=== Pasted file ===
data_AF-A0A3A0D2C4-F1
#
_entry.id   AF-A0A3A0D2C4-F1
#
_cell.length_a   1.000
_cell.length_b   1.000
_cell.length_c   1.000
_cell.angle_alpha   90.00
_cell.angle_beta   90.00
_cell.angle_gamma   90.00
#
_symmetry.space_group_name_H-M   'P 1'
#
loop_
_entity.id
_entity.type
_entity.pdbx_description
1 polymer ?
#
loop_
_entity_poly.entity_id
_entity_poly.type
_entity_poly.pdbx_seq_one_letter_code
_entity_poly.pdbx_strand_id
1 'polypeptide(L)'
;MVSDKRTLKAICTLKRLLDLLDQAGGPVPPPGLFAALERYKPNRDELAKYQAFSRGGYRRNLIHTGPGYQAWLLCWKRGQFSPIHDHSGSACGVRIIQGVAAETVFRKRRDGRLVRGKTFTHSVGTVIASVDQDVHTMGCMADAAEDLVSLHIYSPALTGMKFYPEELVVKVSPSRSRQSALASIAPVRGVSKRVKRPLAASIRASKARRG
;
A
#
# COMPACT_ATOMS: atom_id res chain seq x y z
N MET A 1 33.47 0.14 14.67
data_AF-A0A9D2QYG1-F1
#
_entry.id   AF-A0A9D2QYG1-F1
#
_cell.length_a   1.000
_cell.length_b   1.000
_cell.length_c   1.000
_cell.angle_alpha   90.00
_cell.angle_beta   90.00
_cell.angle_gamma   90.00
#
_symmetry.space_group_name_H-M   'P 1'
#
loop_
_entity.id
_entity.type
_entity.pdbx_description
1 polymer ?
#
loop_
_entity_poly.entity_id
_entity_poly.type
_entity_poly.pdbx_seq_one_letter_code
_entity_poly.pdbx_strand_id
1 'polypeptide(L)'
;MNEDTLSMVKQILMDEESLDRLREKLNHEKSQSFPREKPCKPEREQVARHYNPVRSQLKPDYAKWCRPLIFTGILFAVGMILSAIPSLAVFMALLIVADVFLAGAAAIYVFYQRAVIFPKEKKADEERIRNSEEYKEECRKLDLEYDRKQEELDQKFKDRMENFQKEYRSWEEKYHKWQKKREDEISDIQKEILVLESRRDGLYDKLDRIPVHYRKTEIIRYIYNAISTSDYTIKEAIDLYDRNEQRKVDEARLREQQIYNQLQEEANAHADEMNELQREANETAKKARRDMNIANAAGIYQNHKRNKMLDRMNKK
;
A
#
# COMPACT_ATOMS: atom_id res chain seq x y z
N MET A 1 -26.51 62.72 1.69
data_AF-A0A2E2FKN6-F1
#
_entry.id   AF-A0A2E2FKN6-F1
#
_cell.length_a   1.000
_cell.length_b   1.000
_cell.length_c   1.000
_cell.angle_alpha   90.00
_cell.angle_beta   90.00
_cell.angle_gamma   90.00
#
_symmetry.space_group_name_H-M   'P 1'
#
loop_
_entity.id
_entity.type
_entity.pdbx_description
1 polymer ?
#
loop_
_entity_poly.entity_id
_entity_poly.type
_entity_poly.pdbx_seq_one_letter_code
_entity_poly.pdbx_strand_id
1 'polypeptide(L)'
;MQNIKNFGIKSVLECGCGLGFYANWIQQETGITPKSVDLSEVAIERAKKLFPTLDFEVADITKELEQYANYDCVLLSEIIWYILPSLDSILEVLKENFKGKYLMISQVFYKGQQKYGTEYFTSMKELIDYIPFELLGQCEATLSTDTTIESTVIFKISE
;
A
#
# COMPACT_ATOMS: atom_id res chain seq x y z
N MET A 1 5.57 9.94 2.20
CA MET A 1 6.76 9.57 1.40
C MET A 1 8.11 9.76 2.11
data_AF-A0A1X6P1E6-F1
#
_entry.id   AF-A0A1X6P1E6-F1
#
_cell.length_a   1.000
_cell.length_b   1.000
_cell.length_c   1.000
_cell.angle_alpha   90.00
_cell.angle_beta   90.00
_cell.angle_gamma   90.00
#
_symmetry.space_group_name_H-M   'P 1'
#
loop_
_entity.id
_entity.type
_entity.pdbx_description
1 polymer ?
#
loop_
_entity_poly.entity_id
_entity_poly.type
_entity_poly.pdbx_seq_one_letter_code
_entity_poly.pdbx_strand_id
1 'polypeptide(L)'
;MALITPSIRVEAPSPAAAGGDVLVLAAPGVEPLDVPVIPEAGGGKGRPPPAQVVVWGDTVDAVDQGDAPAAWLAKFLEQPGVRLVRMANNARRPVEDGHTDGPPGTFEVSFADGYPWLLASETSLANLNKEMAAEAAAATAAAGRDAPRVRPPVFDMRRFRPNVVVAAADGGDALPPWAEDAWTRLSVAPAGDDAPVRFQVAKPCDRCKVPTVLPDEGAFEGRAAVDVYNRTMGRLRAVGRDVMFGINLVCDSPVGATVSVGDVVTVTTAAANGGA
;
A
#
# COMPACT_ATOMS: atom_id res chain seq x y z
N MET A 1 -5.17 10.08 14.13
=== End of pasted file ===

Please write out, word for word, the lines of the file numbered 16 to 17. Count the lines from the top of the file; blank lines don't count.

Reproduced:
_entity.type
_entity.pdbx_description